Chief executive of the health charity ASH Scotland, Sheila Duffy, says she would never call vaping safe.
With vaping now banned in seven countries Sheila Duffy of ASH Scotland suggests that we don’t yet know enough about the possible risks of e-cigarettes, saying “the problem with vaping is that we don’t have a full picture.”
“You’re not talking about one device, you’re talking about four generations of devices, nearly 8,000 liquids and all kinds of different ways of using them.”
Despite lack of research Duffy says that e-cigarettes still seem to be “less-harmful” than cigarettes and admits “we know that vaping is not going to be safe and we don’t know the long-term health effects.”
“ASH Scotland’s view is that we know how dangerous tobacco and smoking is. Anything that helps someone get off of cigarettes is great.”
So far, eight people have died of vape related illness and despite there not being much research on the risks of these products, vaping is still growing in popularity. It is believed over forty million people now vape worldwide and sixty-nine vape and e-cigarette stores have opened in the UK this year alone.
A large number of e-cigarettes can be bought in store which Duffy says it’s vital to stop companies from marketing e-cigarettes to “children and young people”.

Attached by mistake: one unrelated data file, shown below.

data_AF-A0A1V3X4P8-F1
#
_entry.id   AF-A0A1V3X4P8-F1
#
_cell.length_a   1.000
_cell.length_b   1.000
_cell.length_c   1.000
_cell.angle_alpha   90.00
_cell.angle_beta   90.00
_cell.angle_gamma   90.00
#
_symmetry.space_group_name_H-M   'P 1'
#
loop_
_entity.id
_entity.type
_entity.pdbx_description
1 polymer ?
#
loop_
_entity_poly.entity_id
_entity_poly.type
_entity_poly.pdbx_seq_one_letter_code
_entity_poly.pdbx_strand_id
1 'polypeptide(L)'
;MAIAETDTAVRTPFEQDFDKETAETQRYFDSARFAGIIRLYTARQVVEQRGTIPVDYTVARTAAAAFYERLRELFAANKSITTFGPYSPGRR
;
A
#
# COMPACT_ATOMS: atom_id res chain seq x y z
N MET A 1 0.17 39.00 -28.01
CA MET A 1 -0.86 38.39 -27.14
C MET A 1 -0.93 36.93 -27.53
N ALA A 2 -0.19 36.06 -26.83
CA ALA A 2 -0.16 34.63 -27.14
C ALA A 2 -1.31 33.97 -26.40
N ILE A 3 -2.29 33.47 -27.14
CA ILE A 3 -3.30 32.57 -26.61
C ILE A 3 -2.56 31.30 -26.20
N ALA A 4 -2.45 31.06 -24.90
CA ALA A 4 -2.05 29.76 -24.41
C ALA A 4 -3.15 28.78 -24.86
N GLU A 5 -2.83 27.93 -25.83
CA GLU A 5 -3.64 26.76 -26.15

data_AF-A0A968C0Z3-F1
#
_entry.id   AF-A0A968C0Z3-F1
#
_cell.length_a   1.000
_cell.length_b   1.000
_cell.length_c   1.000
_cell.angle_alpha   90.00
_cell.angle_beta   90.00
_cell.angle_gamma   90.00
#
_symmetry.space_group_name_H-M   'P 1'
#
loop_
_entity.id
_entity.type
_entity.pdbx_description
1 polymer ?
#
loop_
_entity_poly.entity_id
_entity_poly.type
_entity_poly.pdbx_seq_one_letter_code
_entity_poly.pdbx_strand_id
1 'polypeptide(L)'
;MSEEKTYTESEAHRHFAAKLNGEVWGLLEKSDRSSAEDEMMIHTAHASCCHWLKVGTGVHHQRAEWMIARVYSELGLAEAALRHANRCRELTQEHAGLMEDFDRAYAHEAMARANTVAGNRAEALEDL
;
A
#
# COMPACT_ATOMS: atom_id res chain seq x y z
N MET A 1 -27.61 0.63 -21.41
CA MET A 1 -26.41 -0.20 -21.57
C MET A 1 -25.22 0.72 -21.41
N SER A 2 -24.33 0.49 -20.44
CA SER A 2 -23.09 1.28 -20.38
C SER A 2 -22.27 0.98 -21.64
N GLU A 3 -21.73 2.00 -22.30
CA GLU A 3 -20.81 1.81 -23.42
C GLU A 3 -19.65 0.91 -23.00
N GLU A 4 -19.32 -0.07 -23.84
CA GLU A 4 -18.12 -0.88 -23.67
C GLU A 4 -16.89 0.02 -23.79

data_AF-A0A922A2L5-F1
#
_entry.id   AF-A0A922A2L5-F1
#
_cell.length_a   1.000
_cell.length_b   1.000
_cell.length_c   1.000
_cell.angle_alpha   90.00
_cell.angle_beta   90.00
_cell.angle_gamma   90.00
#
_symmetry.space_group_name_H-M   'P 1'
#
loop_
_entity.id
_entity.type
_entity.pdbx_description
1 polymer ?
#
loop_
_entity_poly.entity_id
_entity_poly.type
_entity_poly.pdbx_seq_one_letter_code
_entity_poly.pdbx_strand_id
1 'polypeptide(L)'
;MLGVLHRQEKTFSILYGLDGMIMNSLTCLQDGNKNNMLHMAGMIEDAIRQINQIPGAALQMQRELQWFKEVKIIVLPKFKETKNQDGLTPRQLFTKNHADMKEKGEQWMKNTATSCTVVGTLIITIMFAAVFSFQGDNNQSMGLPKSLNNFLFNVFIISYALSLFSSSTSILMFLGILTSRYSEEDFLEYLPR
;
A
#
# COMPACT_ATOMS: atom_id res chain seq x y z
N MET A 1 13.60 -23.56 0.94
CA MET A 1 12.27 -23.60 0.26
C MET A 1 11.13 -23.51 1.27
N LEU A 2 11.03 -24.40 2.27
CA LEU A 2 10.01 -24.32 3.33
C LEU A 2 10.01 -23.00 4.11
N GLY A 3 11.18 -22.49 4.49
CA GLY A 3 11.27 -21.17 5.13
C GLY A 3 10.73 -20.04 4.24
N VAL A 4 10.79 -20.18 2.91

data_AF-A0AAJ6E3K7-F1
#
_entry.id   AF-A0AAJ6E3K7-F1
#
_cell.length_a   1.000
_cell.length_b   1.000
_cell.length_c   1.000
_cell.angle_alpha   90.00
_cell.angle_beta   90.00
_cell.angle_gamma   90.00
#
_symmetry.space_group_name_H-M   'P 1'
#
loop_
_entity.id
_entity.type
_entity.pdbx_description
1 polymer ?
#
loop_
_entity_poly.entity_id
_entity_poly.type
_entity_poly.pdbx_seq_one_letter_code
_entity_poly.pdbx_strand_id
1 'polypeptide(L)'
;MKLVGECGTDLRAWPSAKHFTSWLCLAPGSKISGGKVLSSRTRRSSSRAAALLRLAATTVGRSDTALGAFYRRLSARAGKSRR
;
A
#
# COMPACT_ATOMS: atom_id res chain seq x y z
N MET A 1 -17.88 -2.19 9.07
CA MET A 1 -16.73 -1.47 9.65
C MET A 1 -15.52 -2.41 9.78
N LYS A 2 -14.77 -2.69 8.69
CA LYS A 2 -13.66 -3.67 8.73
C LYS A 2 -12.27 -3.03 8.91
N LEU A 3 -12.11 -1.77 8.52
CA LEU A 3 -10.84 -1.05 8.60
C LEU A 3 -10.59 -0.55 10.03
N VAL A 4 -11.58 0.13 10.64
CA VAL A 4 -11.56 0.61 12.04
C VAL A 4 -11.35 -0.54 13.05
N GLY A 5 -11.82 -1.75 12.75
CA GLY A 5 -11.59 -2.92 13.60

An independent study revealed that vaping was around 95% less damaging than smoking. However, those who begin to smoke tobacco may not experience illness or health implications for decades. Duffy worries that vaping and e-cigarettes could be “a ticking time bomb.”
“We don’t know the long-term health effects and with tobacco you don’t really start seeing the heart disease, cancer or COPD for one to three decades after someone starts smoking. That’s the real concern.”
Duffy says vaping became popular in 2007 and was invented by a Chinese man called Hon Lik because “he wanted to stop smoking.” It is estimated that 33% of adults now use e-cigarettes as a means to stop smoking.
With the recent coverage on vape-related illness and death in the US, states such as Michigan has banned the products deeming them unsafe. US chain supermarket Walmart now refuses to sell e-cigarette products in all of their stores.
Despite the recent controversy, many people still believe that vaping is safer than tobacco and should not be banned:
In terms of the UK’s stance, Duffy comments, “we weren’t sure that complete bans work; we haven’t called for a ban on tobacco even though it’s really harmful.”
Action on Smoking and Health (ASH) is a registered Scottish charity aiming for a healthier Scotland “free from the harms and inequalities linked to tobacco use.”
Sheila Duffy became the chief executive of ASH Scotland in 2008.
Listen to the interview with Sheila Duffy from ASH Scotland below: